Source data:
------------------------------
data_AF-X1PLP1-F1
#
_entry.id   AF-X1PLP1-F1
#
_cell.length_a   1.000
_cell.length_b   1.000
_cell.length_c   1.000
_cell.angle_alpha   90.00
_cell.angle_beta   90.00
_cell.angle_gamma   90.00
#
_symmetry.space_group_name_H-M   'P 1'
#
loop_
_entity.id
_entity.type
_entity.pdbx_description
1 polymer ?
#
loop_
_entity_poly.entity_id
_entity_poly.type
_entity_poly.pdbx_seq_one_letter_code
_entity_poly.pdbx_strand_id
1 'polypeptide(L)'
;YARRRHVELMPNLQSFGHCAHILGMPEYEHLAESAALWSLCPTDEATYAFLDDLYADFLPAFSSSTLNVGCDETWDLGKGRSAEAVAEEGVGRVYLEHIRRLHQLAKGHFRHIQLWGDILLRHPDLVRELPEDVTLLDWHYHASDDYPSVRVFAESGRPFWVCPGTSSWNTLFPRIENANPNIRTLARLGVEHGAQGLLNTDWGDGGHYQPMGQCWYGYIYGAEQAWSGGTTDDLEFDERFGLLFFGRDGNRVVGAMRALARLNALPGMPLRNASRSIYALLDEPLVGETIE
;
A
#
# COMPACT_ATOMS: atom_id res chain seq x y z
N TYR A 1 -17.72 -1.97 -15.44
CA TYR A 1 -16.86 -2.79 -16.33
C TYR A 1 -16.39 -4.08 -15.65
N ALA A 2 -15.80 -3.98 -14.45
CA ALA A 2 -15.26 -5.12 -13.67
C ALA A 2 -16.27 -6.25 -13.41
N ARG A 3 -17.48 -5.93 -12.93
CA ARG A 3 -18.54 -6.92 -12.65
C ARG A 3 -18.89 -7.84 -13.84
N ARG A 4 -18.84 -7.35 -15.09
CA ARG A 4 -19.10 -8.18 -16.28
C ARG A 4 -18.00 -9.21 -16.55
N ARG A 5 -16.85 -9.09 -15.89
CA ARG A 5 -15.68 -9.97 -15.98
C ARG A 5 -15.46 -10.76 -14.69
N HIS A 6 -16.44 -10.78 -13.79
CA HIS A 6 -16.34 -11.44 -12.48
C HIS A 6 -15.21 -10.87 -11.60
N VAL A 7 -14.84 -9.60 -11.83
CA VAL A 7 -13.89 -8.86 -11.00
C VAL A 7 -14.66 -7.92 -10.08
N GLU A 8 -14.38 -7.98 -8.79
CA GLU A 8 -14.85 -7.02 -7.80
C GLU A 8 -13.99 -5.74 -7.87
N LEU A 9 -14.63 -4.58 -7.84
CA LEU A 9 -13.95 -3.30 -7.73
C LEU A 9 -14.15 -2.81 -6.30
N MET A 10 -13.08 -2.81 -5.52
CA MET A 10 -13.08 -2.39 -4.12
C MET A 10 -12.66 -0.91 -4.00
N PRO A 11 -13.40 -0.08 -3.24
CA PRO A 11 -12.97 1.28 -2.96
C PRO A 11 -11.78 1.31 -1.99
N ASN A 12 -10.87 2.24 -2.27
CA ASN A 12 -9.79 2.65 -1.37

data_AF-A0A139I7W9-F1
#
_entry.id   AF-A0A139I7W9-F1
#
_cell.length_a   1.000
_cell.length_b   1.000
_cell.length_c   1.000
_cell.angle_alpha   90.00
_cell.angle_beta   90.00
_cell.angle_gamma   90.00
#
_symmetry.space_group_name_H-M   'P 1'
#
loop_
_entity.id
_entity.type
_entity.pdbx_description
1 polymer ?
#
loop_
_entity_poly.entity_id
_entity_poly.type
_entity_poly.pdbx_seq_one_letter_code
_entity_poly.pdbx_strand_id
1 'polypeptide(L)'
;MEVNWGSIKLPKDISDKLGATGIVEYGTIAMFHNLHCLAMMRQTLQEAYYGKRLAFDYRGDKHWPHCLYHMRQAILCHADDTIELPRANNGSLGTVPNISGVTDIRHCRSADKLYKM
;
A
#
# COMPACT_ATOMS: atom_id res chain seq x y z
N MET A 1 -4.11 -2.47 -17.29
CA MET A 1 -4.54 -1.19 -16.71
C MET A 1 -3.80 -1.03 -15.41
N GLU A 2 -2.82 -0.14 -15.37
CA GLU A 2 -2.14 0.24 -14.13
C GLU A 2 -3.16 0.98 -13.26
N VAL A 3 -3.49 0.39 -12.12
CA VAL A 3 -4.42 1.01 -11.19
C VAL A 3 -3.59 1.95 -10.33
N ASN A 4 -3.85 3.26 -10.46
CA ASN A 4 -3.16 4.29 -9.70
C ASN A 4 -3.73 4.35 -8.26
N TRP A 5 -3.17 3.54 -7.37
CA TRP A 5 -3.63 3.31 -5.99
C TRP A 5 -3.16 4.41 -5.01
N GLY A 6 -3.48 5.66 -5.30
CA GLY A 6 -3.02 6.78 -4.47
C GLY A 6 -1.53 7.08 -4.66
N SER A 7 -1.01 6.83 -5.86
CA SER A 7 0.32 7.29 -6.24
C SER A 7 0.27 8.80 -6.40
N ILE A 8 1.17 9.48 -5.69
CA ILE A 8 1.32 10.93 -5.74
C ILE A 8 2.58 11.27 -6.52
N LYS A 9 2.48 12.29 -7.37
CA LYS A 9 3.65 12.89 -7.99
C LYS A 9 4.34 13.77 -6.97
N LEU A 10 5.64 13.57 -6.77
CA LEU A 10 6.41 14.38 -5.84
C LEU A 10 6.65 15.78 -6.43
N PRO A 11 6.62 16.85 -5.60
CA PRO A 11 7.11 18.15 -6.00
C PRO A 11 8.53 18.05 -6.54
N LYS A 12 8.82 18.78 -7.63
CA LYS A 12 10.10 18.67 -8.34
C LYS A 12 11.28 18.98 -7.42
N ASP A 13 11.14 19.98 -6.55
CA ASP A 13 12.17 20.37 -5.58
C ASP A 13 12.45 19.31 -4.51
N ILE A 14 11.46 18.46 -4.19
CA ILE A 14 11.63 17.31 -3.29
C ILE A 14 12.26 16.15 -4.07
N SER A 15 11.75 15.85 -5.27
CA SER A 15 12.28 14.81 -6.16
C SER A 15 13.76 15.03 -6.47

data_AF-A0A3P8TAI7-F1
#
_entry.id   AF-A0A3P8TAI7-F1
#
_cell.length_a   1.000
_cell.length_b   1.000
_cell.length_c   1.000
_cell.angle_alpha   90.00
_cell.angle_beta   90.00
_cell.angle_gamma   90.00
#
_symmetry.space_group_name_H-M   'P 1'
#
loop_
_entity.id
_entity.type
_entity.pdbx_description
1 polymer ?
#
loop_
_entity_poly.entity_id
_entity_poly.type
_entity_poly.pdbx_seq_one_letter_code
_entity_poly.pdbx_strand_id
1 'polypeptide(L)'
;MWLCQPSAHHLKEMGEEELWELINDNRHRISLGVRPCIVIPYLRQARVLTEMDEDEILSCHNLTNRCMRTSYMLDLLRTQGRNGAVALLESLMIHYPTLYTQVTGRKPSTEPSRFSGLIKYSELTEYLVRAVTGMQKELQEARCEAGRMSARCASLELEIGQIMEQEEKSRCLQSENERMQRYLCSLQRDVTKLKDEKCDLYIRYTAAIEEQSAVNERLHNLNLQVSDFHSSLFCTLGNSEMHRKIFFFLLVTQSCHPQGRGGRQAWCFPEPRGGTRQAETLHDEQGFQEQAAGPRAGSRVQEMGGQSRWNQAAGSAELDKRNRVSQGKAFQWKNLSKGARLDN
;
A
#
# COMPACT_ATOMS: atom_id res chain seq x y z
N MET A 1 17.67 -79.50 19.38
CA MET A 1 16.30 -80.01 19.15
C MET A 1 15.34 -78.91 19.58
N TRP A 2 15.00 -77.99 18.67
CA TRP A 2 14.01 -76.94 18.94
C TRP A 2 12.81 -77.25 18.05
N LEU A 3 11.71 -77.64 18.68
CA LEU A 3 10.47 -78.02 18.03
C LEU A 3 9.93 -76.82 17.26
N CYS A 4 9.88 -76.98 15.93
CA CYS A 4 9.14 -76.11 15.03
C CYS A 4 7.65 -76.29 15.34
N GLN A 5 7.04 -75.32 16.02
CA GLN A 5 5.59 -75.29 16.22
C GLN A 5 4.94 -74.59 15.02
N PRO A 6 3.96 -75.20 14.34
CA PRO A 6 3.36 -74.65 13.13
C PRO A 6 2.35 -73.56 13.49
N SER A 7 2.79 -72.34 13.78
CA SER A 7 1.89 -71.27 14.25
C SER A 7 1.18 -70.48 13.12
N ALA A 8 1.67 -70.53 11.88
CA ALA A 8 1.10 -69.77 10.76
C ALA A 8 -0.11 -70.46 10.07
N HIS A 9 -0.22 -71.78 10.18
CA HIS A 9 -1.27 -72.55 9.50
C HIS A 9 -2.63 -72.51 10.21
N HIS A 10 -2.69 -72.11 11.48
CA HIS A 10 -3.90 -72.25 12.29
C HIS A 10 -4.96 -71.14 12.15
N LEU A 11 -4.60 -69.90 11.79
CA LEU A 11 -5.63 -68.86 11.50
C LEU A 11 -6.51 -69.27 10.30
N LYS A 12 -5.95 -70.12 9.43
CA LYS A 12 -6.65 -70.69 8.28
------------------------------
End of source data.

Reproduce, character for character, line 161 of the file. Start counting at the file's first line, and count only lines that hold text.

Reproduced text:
_entity_poly.entity_id